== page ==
Muckrakers: Differing Styles in Upton Sinclair and Eric Schlosser 11th Grade
The Jungle by Upton Sinclair and Fast Food Nation by Eric Schlosser are two extremely different books about the same topic: the American food industry. Paired excerpts explore the behind-the-scenes work that goes into processed food and how the industries mislead or deceive the public. However, the authors' presentations of the industry and messages are so different from one another as to make them unrelated on all levels except for the topic.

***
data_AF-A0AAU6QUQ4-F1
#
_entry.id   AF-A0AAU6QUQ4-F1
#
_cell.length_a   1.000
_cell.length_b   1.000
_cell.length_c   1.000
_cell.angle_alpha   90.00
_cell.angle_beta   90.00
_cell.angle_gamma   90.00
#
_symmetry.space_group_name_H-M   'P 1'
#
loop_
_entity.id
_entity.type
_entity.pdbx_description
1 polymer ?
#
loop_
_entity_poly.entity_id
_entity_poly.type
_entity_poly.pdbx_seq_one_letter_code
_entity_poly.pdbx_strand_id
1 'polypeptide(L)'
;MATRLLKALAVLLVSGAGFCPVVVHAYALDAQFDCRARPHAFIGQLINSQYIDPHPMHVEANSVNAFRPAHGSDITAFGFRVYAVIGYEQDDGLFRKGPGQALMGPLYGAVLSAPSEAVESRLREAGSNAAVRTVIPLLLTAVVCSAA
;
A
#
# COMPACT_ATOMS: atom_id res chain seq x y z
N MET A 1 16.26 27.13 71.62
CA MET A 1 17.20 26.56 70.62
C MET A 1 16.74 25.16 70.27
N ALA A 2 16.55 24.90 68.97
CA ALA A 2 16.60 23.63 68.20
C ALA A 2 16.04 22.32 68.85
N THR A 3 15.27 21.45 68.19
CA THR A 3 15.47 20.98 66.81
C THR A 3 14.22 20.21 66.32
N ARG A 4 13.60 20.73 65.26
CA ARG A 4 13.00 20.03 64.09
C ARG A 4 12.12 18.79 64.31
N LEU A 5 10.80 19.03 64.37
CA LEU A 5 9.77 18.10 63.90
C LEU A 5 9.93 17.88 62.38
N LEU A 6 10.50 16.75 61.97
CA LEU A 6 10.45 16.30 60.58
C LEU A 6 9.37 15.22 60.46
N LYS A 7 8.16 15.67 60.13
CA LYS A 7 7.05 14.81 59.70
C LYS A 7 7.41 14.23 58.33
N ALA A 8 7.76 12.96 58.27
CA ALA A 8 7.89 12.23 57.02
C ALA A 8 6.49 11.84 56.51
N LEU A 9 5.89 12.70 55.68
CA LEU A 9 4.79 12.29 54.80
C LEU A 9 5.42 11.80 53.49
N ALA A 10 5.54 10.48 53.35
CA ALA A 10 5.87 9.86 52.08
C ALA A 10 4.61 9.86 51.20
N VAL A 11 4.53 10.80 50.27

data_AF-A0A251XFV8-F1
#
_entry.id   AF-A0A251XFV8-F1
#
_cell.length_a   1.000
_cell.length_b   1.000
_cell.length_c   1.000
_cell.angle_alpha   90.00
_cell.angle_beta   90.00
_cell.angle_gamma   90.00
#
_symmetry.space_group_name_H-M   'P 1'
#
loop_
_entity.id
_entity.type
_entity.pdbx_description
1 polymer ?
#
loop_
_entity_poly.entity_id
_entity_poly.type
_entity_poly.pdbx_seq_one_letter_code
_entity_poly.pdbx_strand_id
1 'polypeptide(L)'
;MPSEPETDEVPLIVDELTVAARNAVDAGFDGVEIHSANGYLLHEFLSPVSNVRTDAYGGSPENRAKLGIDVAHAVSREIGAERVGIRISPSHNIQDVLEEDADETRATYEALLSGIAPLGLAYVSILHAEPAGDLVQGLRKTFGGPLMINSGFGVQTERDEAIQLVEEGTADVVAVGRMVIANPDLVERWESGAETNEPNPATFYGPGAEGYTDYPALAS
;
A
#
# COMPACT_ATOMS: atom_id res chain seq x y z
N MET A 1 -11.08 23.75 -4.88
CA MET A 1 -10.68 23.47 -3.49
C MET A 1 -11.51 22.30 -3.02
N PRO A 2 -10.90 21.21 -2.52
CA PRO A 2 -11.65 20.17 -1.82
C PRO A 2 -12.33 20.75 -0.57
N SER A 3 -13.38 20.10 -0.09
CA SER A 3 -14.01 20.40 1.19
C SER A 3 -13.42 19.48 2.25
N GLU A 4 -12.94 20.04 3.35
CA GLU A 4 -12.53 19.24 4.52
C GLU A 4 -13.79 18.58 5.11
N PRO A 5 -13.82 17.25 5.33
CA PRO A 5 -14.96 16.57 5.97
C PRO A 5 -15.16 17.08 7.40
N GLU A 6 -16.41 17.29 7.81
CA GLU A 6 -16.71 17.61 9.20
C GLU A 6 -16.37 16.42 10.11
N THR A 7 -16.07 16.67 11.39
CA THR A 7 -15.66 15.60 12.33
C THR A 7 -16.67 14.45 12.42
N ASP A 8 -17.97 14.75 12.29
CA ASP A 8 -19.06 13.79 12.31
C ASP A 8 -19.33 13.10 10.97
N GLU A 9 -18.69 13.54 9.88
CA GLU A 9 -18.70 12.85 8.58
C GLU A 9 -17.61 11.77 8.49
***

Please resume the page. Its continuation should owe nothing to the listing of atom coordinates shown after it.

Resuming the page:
Sinclair, a 19th century journalist for a social newspaper, was examining working conditions in Chicago stockyards when he was inspired to write his book. Under the disguise of fiction, he reveals the various disturbing means used by the Chicago meat-packing industry to create canned foods. Bringing up every element of a can of deviled ham from beef tripe to cow gullets, Sinclair spares no nauseating detail in strangely matter-of-fact descriptions like, “It was a nasty job killing these, for when you plunged your knife into them they would burst and splash foul-smelling stuff into your face; and when a man's sleeves were smeared in blood, and his hands steeped in it, how was he ever to wipe his face, or to clear his eyes so that he could see?” (Sinclair 352). These repulsive details are...
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